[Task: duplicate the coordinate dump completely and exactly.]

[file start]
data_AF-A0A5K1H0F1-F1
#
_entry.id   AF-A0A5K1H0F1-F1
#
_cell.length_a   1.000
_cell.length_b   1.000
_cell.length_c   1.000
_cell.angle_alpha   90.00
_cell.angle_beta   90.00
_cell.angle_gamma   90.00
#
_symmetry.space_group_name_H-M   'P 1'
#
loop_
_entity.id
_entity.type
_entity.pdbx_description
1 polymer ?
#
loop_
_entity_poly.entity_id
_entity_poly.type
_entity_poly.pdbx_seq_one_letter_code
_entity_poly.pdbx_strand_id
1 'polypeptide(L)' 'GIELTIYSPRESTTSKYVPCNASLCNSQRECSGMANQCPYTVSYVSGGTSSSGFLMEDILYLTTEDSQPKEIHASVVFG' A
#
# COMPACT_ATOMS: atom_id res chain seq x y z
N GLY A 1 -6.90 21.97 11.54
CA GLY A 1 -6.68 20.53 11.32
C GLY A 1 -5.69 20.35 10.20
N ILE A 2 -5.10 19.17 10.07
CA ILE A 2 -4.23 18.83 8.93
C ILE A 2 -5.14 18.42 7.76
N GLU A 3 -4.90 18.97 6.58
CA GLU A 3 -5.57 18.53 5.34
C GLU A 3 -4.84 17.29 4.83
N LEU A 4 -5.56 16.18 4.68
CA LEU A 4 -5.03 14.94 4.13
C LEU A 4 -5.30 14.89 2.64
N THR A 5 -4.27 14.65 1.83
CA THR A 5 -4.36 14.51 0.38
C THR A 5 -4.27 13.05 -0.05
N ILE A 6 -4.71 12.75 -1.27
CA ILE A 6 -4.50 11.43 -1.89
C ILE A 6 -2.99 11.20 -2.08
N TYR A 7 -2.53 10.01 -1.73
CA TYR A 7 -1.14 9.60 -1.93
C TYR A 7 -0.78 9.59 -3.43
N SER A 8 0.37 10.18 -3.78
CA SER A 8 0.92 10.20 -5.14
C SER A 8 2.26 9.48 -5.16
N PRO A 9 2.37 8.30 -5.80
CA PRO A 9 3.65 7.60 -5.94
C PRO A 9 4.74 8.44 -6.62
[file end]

data_AF-A0A5K1H0F1-F1
#
_entry.id   AF-A0A5K1H0F1-F1
#
_cell.length_a   1.000
_cell.length_b   1.000
_cell.length_c   1.000
_cell.angle_alpha   90.00
_cell.angle_beta   90.00
_cell.angle_gamma   90.00
#
_symmetry.space_group_name_H-M   'P 1'
#
loop_
_entity.id
_entity.type
_entity.pdbx_description
1 polymer ?
#
loop_
_entity_poly.entity_id
_entity_poly.type
_entity_poly.pdbx_seq_one_letter_code
_entity_poly.pdbx_strand_id
1 'polypeptide(L)' 'GIELTIYSPRESTTSKYVPCNASLCNSQRECSGMANQCPYTVSYVSGGTSSSGFLMEDILYLTTEDSQPKEIHASVVFG' A
#
# COMPACT_ATOMS: atom_id res chain seq x y z
N GLY A 1 -6.90 21.97 11.54
CA GLY A 1 -6.68 20.53 11.32
C GLY A 1 -5.69 20.35 10.20
N ILE A 2 -5.10 19.17 10.07
CA ILE A 2 -4.23 18.83 8.93
C ILE A 2 -5.14 18.42 7.76
N GLU A 3 -4.90 18.97 6.58
CA GLU A 3 -5.57 18.53 5.34
C GLU A 3 -4.84 17.29 4.83
N LEU A 4 -5.56 16.18 4.68
CA LEU A 4 -5.03 14.94 4.13
C LEU A 4 -5.30 14.89 2.64
N THR A 5 -4.27 14.65 1.83
CA THR A 5 -4.36 14.51 0.38
C THR A 5 -4.27 13.05 -0.05
N ILE A 6 -4.71 12.75 -1.27
CA ILE A 6 -4.50 11.43 -1.89
C ILE A 6 -2.99 11.20 -2.08
N TYR A 7 -2.53 10.01 -1.73
CA TYR A 7 -1.14 9.60 -1.93
C TYR A 7 -0.78 9.59 -3.43
N SER A 8 0.37 10.18 -3.78
CA SER A 8 0.92 10.20 -5.14
C SER A 8 2.26 9.48 -5.16
N PRO A 9 2.37 8.30 -5.80
CA PRO A 9 3.65 7.60 -5.94
C PRO A 9 4.74 8.44 -6.62